I was pleased to see Gabriel in the side in place of Mertesacker. However, in recent appearances there have been signs that the Brazilian may have some issues - he has a habit of diving in unnecessarily and giving away silly fouls. Yesterday he turned in to some kind of clone of Igors Stepanovs, at the very scene of his worst moments for Arsenal. He was at fault for both of Rashford's goals (and I'm not letting Walcott off with giving the ball away - again - to allow United in for the goal in the first place) and his reaction to the second was an embarrassment. I can not, for one minute, understand how he sees his failure to mark the man in front of him could possibly be the fault of Koscielny. On recent form it actually should be Calum Chambers that is now alongside Laurent at the back - though Koscielny himself is not blameless after half-turning away from the ball to allow the deflected winner instead of sticking his head in there. Ultimately, of course, we simply aren't very good at defending. It's bizarre that Bellerin, Monreal, Koscielny and Cech have all had stellar seasons, but we conceded three goals yet again yesterday.

 Ah, there you are Theo

I did a Google search for Theo Walcott pictures from yesterday's game. The one above is the only one I found. I think that says a lot about his display. I was listening to the first-half commentary on the radio and the first time they mentioned his name was when he gave away the ball for the first goal. Somehow he made it through an hour before finally being hooked. Giroud didn't do much better when he finally came on, but there wasn't exactly a lot of service. I don't know why Alexis Sanchez is still getting a start either, other than the fact that Wenger doesn't run a meritocracy in his squad - it is all about seniority. Alexis has been abysmal for over a month and even his work-rate has dropped at times - he gives Monreal far less cover than he used to - while his constant cutting inside every time he gets the ball has become incredibly easy to defend against.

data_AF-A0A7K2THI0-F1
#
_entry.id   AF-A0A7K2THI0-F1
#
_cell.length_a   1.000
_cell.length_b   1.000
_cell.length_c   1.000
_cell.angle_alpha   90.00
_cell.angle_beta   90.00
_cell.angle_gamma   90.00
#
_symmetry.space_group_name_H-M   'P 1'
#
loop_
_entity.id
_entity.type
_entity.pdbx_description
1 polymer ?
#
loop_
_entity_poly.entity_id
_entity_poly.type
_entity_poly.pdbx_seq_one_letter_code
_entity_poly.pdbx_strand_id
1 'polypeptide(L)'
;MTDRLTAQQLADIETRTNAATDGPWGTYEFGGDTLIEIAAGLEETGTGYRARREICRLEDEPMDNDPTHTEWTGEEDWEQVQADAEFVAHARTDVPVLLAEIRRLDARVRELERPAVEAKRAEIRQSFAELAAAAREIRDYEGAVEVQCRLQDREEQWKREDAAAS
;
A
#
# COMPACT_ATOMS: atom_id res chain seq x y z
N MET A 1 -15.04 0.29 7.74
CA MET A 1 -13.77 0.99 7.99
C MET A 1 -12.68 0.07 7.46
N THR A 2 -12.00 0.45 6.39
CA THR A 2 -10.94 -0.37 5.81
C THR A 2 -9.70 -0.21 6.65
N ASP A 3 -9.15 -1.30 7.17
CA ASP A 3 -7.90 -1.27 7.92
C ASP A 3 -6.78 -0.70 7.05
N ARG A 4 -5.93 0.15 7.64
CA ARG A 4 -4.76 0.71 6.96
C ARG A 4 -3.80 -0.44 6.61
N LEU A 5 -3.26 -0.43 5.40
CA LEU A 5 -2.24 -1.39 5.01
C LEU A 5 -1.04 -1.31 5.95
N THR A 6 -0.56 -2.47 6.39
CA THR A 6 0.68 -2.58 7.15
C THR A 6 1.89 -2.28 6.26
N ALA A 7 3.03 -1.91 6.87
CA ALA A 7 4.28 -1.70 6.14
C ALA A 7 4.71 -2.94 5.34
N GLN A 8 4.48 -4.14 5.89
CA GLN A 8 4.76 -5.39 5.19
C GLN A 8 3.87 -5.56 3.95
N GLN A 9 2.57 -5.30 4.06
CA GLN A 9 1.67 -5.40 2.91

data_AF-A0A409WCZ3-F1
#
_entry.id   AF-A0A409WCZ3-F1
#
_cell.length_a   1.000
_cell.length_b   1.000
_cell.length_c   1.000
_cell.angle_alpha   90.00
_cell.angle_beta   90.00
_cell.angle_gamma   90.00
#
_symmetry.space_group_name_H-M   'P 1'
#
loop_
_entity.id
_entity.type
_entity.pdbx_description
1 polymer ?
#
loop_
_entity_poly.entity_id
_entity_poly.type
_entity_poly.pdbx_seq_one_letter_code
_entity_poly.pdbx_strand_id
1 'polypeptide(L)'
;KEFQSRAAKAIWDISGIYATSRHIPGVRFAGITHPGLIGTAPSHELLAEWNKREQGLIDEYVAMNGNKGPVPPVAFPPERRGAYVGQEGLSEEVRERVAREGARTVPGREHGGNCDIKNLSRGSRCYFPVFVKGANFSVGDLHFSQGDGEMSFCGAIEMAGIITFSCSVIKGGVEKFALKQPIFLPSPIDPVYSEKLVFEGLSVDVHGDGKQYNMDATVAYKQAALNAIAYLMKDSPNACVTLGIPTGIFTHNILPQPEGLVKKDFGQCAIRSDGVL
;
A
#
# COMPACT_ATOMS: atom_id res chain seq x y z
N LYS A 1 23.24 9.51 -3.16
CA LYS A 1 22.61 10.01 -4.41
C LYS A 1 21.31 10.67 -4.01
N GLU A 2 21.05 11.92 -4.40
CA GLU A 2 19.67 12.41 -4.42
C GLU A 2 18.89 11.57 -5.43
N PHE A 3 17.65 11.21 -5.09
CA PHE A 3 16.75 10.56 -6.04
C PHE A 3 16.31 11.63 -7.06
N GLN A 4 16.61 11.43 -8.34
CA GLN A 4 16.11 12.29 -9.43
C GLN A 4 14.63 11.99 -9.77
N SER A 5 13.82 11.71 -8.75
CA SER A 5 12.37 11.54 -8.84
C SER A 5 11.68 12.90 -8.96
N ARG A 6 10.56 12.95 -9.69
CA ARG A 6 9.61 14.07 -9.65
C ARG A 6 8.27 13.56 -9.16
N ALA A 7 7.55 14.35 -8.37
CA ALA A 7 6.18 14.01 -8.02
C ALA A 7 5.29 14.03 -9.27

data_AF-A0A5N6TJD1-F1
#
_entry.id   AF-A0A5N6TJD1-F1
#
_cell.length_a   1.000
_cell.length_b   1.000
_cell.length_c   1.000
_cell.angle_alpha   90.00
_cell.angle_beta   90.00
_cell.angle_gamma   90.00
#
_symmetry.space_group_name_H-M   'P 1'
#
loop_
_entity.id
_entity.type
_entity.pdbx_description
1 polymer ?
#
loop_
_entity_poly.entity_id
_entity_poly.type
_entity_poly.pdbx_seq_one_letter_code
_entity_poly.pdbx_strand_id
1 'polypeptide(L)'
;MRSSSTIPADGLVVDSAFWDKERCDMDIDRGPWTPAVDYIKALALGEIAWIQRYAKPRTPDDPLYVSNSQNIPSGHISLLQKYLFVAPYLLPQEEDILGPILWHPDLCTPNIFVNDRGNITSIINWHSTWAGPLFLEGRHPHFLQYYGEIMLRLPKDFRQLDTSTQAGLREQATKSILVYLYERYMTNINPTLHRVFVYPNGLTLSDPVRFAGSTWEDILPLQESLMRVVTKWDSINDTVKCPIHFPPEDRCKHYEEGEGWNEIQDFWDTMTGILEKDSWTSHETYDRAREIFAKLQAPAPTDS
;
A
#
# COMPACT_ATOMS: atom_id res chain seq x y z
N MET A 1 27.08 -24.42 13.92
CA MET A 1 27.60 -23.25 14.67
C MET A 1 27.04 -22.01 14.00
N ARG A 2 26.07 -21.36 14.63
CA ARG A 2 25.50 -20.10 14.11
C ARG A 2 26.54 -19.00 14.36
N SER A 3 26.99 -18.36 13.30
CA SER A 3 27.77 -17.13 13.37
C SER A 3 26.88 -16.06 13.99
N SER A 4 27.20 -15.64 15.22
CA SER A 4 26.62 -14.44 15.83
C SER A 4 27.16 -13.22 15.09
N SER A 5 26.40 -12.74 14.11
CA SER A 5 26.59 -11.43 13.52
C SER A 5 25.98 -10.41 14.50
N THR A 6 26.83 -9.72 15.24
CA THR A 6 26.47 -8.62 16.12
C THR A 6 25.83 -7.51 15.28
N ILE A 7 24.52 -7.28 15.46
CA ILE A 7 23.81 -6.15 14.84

Bringing on Alex Iwobi and ElNeny was another bizarre thing to do. ElNeny wasn't good enough for the bench against Barcelona, yet he was thrown on to try and rescue the game at Old Trafford. Iwobi has been very good when he has played this season, and I'd have him in front of Walcott all the time, but Wenger seems to have forgotten Joel Campbell even exists! Campbell was excellent when the chips were down before Christmas, but we've hardly seen him in the last month or so. I gave up long ago trying to understand what goes through Wenger's mind.